Measuring a mere 3.67x2.20x0.78 inches, the 100 HS is similar in size to a deck of playing cards. This allows it to tuck away in the smallest of pockets or handbags, ensuring you can keep it with you all the time. The exterior, like past ELPHs, is both sleek and stylish, while at the same time offering a good sense of durability thanks to its mostly metal construction; including a metal tripod mount. Being a point-n-shoot that is designed to be used in Smart Auto mode the majority of the time, Canon has kept things extremely simple when it comes to controls. You'll find typical controls on the top of the camera (Power button, Shutter release with zoom controls, etc.). On the back, you have only what's needed (4-way controller with shortcuts, Func./Set button, and the Menu and Playback buttons). One feature Canon has added to most of their newer cameras is a dedicated Movie mode shutter release. This allows you to start capturing video at any time, not matter what mode you are using. Like we saw on the 300 HS, many of the effects seen when using one of the Scene mode options are carried over to movie mode; meaning your video will have the same look as still would. This is some nice functionality, that many will have loads of fun with. Overall, the controls are all placed in a comfortable manner, and like always we were glad to see the zoom controls are still mounted around the shutter release.
Speaking of exposure modes, Canon continues to incorporate their proven Smart Auto exposure program on their cameras. With Smart Auto, the camera will intelligently select from one of the 32 pre-defined shooting scenes when you start to frame a subject, almost instantly. This allows you to keep your focus on your subject, and get the shot framed just the way you want it without having to worry about the settings needed to get a good photo. If you still want to play with some settings, Program mode offers access to more advanced settings like ISO, exposure compensation, etc.The various scene mode settings that the 100 HS includes are also access when you flip the mode switch to the Camera icon (Program mode), via the function shortcut menu. The 100 HS offers up to 25 different pre-programmed scene modes, including the new Super Slow-Motion movie, Toy camera, etc.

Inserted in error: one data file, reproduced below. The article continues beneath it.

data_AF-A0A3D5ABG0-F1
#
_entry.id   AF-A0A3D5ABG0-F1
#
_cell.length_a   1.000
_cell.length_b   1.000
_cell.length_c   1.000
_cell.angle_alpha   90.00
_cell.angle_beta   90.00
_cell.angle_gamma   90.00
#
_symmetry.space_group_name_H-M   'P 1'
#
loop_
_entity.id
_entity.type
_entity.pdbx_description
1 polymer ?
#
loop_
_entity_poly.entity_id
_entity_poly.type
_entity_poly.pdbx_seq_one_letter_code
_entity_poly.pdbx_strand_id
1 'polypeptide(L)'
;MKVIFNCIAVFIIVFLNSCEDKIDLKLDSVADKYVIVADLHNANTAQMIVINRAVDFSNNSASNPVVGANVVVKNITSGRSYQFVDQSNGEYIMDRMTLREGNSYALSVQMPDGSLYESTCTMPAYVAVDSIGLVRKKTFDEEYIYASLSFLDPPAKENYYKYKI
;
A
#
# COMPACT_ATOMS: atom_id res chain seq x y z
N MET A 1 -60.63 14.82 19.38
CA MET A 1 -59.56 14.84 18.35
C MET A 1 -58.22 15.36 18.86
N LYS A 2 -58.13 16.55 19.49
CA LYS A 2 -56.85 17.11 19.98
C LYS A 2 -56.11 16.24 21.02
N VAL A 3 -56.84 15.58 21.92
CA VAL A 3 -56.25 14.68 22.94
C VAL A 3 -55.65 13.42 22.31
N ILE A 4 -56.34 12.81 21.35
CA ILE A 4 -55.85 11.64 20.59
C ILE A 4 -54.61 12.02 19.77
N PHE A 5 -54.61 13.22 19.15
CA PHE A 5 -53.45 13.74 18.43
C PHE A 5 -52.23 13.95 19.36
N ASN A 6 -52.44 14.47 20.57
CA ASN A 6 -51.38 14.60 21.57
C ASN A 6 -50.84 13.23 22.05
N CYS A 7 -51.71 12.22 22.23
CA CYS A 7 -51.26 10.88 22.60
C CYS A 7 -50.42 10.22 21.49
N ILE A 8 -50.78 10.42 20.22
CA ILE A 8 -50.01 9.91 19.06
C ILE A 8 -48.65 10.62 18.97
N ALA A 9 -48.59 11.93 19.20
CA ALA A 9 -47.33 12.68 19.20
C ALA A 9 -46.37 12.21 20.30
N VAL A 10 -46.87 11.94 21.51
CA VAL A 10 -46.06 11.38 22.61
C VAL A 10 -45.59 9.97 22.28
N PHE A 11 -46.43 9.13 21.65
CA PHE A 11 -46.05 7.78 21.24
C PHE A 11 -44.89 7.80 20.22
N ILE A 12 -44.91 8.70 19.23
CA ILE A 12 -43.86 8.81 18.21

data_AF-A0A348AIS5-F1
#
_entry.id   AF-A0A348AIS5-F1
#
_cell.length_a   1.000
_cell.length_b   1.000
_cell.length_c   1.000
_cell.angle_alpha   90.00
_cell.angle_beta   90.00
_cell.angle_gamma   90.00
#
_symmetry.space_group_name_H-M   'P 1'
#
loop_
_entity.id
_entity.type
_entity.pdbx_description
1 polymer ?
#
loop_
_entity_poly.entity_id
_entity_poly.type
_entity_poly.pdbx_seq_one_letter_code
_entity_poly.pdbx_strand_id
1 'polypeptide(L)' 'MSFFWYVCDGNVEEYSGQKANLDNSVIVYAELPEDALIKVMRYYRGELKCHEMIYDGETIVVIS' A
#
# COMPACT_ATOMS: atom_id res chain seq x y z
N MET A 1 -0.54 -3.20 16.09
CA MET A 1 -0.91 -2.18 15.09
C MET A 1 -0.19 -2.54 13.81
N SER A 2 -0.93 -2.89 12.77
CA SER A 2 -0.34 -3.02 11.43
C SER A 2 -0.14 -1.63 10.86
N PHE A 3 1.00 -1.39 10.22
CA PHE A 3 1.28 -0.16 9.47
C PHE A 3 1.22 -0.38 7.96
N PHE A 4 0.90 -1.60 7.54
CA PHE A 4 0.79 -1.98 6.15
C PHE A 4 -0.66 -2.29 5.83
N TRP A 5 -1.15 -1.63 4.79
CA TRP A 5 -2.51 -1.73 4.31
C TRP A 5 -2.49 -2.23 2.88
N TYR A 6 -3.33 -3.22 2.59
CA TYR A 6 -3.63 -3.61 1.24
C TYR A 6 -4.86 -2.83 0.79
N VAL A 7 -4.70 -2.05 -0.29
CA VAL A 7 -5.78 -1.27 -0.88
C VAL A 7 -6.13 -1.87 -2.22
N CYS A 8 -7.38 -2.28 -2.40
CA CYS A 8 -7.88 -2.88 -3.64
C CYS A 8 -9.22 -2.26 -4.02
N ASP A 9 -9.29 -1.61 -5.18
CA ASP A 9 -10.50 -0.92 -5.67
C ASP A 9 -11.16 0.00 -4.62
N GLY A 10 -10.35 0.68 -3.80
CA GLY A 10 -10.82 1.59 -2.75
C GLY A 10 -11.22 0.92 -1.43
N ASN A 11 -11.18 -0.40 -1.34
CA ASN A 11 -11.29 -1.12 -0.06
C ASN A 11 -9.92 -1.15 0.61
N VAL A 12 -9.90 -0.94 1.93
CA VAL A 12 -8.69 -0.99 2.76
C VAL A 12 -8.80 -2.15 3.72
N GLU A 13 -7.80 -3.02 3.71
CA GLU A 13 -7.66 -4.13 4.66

Canon has installed a nice 3.0-inch LCD screen on the ELPH 100's tiny frame, which inhabits the majority of the real estate on the back of the camera. While the display only offers approx. 230,000 pixels of resolution, we found it was able to produce a nice live image both indoors and out. The picture gets a little grainy when shooting in a very dimly lit room, however that's pretty typical. Outdoors there are a few angles where the surface coating will reflect bright light, however the LCD's backlight was strong enough to help ensure we didn't have any framing issues in bright conditions. The ELPH 100's menu system is pretty much identical to the 300's, along with many past models; with the exception so differences in available settings. This means that past PowerShot owners will be right at home. Those who are new to the Canon point-n-shoot world will find the menu is organized in a logical manner, and is very easy to learn. The only real difference we've noted in the menus of with newer compact PowerShot models is that the Scene settings are access from the Function shortcut menu when in Program mode, compared to having a SCN or SCENE position on a mode dial or switch.